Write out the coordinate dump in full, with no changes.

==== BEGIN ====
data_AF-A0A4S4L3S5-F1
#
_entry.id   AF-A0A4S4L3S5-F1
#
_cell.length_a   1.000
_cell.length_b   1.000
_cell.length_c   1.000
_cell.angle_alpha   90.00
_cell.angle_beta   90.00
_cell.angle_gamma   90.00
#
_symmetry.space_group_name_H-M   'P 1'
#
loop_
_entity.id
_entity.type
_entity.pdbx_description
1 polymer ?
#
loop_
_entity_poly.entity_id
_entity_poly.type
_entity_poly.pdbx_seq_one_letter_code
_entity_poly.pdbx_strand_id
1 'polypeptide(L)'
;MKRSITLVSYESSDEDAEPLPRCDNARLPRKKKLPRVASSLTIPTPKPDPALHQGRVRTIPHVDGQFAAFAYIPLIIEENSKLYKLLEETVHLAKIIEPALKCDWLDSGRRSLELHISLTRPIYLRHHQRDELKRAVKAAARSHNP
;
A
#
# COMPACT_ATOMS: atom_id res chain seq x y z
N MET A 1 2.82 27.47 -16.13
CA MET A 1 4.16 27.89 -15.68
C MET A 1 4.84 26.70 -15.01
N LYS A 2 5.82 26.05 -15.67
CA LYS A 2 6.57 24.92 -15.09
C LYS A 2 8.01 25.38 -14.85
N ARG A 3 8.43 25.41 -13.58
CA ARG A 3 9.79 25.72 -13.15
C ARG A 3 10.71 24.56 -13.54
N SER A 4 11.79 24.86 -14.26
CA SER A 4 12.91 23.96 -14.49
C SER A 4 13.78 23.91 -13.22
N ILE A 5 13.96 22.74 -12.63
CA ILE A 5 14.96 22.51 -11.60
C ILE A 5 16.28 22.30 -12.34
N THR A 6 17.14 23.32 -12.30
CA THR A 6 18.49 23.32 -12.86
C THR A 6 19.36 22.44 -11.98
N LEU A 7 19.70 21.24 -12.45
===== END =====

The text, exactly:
data_AF-A0A4S4L3S5-F1
#
_entry.id   AF-A0A4S4L3S5-F1
#
_cell.length_a   1.000
_cell.length_b   1.000
_cell.length_c   1.000
_cell.angle_alpha   90.00
_cell.angle_beta   90.00
_cell.angle_gamma   90.00
#
_symmetry.space_group_name_H-M   'P 1'
#
loop_
_entity.id
_entity.type
_entity.pdbx_description
1 polymer ?
#
loop_
_entity_poly.entity_id
_entity_poly.type
_entity_poly.pdbx_seq_one_letter_code
_entity_poly.pdbx_strand_id
1 'polypeptide(L)'
;MKRSITLVSYESSDEDAEPLPRCDNARLPRKKKLPRVASSLTIPTPKPDPALHQGRVRTIPHVDGQFAAFAYIPLIIEENSKLYKLLEETVHLAKIIEPALKCDWLDSGRRSLELHISLTRPIYLRHHQRDELKRAVKAAARSHNP
;
A
#
# COMPACT_ATOMS: atom_id res chain seq x y z
N MET A 1 2.82 27.47 -16.13
CA MET A 1 4.16 27.89 -15.68
C MET A 1 4.84 26.70 -15.01
N LYS A 2 5.82 26.05 -15.67
CA LYS A 2 6.57 24.92 -15.09
C LYS A 2 8.01 25.38 -14.85
N ARG A 3 8.43 25.41 -13.58
CA ARG A 3 9.79 25.72 -13.15
C ARG A 3 10.71 24.56 -13.54
N SER A 4 11.79 24.86 -14.26
CA SER A 4 12.91 23.96 -14.49
C SER A 4 13.78 23.91 -13.22
N ILE A 5 13.96 22.74 -12.63
CA ILE A 5 14.96 22.51 -11.60
C ILE A 5 16.28 22.30 -12.34
N THR A 6 17.14 23.32 -12.30
CA THR A 6 18.49 23.32 -12.86
C THR A 6 19.36 22.44 -11.98
N LEU A 7 19.70 21.24 -12.45